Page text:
What is our ethical relationship to the environment? Should we care for the environment only because we need it to survive or does the natural world have value in itself? How should we approach the topics of sustainability, resources and climate change? Should we be conservationists or preservationists? In this course, students will learn how to use philosophical theories to approach these questions. In doing so, we will examine the history of the environmental ethics as a recent and growing field. No previous experience with philosophy required.
PHIL 350 Heidegger’s Being and Time: ILS, WL4; 4 credits, TTH 12:20-2:20 p.m.; Wisnewski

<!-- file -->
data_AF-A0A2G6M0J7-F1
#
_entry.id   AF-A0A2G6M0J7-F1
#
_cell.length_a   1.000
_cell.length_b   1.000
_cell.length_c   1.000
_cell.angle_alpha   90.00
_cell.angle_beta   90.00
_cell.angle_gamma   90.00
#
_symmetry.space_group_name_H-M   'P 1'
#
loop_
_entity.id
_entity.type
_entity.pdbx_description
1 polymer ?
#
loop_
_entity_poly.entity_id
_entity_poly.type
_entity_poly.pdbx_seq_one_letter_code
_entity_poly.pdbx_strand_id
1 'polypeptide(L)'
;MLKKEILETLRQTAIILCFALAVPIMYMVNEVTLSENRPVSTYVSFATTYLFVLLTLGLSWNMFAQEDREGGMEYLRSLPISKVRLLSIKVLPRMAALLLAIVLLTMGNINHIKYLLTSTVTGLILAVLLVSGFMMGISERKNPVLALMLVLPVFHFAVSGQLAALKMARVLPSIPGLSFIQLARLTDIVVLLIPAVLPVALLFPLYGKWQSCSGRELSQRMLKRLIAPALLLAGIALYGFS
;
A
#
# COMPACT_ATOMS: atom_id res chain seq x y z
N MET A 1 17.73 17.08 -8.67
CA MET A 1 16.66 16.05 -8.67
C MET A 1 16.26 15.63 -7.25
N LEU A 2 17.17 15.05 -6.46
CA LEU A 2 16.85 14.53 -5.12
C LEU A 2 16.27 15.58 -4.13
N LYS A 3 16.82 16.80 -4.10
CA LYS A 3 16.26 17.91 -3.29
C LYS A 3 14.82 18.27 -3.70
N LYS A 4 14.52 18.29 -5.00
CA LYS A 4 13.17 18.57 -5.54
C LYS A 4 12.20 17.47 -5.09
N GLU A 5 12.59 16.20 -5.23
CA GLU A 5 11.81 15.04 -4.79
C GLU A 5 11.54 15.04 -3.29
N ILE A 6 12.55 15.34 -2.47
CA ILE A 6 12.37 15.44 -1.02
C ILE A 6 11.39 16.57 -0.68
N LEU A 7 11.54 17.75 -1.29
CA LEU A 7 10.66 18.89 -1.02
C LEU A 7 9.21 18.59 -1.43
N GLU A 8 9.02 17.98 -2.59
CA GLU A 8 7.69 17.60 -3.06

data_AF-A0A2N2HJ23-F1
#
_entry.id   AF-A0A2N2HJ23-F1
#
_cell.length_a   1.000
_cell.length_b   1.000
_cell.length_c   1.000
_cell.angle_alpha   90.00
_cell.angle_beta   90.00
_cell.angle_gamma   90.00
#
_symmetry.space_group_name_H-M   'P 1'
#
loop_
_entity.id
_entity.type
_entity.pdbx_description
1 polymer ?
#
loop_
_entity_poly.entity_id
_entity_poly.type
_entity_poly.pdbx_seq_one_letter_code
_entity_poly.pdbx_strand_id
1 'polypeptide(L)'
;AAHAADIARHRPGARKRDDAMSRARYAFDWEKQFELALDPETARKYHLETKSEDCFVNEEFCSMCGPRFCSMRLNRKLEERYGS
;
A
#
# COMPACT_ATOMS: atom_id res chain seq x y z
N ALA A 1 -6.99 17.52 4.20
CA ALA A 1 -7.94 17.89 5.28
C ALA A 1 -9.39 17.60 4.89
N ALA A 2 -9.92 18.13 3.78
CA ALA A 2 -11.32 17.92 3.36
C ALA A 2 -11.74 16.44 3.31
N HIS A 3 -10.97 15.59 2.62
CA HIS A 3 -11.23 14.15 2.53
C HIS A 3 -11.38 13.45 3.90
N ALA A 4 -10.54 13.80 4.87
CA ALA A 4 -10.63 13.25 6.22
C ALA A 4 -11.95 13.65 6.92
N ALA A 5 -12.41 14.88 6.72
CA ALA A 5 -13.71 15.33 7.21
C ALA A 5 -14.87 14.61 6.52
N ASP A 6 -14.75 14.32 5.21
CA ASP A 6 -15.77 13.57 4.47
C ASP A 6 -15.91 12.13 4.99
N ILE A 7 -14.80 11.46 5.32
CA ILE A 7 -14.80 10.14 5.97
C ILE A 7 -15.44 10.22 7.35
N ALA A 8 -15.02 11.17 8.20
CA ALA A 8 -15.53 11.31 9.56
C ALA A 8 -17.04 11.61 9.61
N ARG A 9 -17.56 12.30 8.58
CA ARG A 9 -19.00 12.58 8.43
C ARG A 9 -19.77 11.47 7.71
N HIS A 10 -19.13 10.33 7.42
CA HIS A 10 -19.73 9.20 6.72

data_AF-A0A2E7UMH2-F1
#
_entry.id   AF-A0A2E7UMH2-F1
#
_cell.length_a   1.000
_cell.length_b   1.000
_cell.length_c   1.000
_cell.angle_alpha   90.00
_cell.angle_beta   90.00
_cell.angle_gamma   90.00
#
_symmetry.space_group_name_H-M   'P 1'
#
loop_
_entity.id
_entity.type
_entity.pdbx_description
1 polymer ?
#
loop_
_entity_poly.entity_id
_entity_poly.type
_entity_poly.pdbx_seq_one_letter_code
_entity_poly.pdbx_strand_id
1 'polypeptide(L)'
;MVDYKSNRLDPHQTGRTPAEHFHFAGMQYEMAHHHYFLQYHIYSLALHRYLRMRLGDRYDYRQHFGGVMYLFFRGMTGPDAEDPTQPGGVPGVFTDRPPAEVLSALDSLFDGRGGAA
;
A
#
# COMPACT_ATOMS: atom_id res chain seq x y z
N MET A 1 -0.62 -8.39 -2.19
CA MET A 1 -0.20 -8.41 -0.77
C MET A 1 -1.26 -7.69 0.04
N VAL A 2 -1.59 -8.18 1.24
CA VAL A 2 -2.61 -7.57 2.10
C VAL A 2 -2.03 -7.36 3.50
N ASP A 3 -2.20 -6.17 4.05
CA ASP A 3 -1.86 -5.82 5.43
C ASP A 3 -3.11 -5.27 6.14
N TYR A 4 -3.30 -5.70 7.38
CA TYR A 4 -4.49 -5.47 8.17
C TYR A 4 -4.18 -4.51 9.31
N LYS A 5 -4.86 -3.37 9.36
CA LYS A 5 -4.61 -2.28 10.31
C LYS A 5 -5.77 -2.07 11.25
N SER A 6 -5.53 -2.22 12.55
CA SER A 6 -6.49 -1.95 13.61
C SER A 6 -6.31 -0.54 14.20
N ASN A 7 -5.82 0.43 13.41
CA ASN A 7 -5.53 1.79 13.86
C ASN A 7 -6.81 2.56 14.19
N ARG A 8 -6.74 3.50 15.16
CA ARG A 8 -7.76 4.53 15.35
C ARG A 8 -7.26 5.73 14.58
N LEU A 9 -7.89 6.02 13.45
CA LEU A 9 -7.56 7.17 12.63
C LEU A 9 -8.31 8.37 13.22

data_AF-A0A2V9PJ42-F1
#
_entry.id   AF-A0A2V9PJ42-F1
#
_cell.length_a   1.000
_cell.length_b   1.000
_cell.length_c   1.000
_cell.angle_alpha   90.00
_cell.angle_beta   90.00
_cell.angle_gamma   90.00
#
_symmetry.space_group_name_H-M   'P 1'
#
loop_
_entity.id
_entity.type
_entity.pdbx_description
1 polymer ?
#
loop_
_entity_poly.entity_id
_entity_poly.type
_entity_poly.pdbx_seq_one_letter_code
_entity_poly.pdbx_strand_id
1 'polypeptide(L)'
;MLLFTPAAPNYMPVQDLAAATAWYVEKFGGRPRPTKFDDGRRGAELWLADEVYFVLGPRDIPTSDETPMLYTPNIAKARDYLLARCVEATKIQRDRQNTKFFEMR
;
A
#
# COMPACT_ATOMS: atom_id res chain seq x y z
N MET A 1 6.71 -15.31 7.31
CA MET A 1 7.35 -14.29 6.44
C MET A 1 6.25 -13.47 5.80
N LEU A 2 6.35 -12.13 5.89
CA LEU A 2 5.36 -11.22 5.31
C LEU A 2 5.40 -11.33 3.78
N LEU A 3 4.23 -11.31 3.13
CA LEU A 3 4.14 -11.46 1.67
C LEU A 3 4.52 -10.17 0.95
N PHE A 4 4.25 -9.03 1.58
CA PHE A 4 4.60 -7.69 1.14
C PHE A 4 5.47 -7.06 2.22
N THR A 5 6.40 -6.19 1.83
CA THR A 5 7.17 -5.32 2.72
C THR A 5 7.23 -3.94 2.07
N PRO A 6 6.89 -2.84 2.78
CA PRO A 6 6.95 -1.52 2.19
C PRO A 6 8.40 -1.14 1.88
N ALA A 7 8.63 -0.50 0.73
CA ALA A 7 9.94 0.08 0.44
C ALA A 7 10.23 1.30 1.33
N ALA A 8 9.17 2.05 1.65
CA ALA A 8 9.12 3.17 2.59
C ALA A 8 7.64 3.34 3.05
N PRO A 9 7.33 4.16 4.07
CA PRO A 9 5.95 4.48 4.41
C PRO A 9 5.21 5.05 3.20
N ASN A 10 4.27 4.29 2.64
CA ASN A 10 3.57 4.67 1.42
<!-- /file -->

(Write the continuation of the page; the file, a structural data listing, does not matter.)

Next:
Martin Heidegger is without doubt one of the most influential philosophers of the 20th-century. This course is dedicated to coming to terms his magnum opus, Being and Time, a book that is certainly among the most important philosophical texts of the 20th-century (some would say it’s the most important). Heidegger’s work has influenced multiple traditions in myriad ways. Indeed, the ripples of Being and Time can still be felt in much philosophical inquiry. This book left its mark on existentialism, structuralism, post-structuralism, postmodernism, logical positivism and deconstructionism. It would be impossible to tell the story of philosophy today without providing an account of the tremendous impact of Being and Time. In exploring Being and Time, we will tackle a number of topics that have been at the core of philosophy since its inception, not the least of which is the nature of the human condition. Heidegger’s radical reappraisal of human existence, and the methodology appropriate to understanding this existence, marks a critique of traditional approaches to philosophical questions of all sorts. Our aim will be to get a clear picture of how Heidegger re-articulates the significance of our lives with and among other human beings, and the implications this has for our self-understanding. We will also discuss the possibility of authenticity, the significance of death, and the significance the past has on our ability to grapple with the present. Our concentration on a single text will allow us to develop a detailed and sophisticated familiarity with one of philosophy’s giants. We will supplement this understanding with a look at some of the major criticisms of Heidegger’s work both within and outside of the phenomenological tradition. Instructor permission required/prerequisites.